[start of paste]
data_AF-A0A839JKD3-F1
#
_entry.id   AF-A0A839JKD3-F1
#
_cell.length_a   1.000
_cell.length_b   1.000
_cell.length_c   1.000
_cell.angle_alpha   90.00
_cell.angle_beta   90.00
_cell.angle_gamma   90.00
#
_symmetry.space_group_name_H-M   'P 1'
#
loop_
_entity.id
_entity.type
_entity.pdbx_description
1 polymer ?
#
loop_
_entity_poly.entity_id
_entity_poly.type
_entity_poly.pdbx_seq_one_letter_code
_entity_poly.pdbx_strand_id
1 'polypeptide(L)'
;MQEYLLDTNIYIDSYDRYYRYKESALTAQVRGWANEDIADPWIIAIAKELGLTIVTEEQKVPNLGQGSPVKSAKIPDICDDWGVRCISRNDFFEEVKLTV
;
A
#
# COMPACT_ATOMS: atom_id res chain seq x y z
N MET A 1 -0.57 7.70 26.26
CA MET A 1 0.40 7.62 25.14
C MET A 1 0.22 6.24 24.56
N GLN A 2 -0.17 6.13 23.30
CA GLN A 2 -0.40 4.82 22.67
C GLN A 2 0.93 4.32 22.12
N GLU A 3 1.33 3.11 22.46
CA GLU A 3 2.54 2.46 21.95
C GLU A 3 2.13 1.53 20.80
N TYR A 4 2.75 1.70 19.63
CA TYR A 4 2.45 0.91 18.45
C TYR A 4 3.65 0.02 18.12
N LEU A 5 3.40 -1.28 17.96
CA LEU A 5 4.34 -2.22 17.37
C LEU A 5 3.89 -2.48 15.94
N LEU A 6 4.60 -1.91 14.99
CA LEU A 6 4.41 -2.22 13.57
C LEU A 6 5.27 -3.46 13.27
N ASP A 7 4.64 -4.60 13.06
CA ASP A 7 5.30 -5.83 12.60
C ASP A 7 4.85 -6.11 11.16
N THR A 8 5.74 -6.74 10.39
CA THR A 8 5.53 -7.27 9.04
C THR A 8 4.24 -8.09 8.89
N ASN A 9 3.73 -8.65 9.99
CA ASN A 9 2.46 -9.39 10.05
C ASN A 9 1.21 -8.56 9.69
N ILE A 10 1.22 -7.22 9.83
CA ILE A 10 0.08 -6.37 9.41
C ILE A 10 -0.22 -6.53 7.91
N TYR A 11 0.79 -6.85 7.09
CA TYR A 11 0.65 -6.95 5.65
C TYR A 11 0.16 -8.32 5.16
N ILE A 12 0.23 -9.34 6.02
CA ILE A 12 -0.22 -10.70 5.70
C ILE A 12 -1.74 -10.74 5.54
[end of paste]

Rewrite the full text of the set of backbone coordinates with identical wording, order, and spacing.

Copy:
data_AF-A0A839JKD3-F1
#
_entry.id   AF-A0A839JKD3-F1
#
_cell.length_a   1.000
_cell.length_b   1.000
_cell.length_c   1.000
_cell.angle_alpha   90.00
_cell.angle_beta   90.00
_cell.angle_gamma   90.00
#
_symmetry.space_group_name_H-M   'P 1'
#
loop_
_entity.id
_entity.type
_entity.pdbx_description
1 polymer ?
#
loop_
_entity_poly.entity_id
_entity_poly.type
_entity_poly.pdbx_seq_one_letter_code
_entity_poly.pdbx_strand_id
1 'polypeptide(L)'
;MQEYLLDTNIYIDSYDRYYRYKESALTAQVRGWANEDIADPWIIAIAKELGLTIVTEEQKVPNLGQGSPVKSAKIPDICDDWGVRCISRNDFFEEVKLTV
;
A
#
# COMPACT_ATOMS: atom_id res chain seq x y z
N MET A 1 -0.57 7.70 26.26
CA MET A 1 0.40 7.62 25.14
C MET A 1 0.22 6.24 24.56
N GLN A 2 -0.17 6.13 23.30
CA GLN A 2 -0.40 4.82 22.67
C GLN A 2 0.93 4.32 22.12
N GLU A 3 1.33 3.11 22.46
CA GLU A 3 2.54 2.46 21.95
C GLU A 3 2.13 1.53 20.80
N TYR A 4 2.75 1.70 19.63
CA TYR A 4 2.45 0.91 18.45
C TYR A 4 3.65 0.02 18.12
N LEU A 5 3.40 -1.28 17.96
CA LEU A 5 4.34 -2.22 17.37
C LEU A 5 3.89 -2.48 15.94
N LEU A 6 4.60 -1.91 14.99
CA LEU A 6 4.41 -2.22 13.57
C LEU A 6 5.27 -3.46 13.27
N ASP A 7 4.64 -4.60 13.06
CA ASP A 7 5.30 -5.83 12.60
C ASP A 7 4.85 -6.11 11.16
N THR A 8 5.74 -6.74 10.39
CA THR A 8 5.53 -7.27 9.04
C THR A 8 4.24 -8.09 8.89
N ASN A 9 3.73 -8.65 9.99
CA ASN A 9 2.46 -9.39 10.05
C ASN A 9 1.21 -8.56 9.69
N ILE A 10 1.22 -7.22 9.83
CA ILE A 10 0.08 -6.37 9.41
C ILE A 10 -0.22 -6.53 7.91
N TYR A 11 0.79 -6.85 7.09
CA TYR A 11 0.65 -6.95 5.65
C TYR A 11 0.16 -8.32 5.16
N ILE A 12 0.23 -9.34 6.02
CA ILE A 12 -0.22 -10.70 5.70
C ILE A 12 -1.74 -10.74 5.54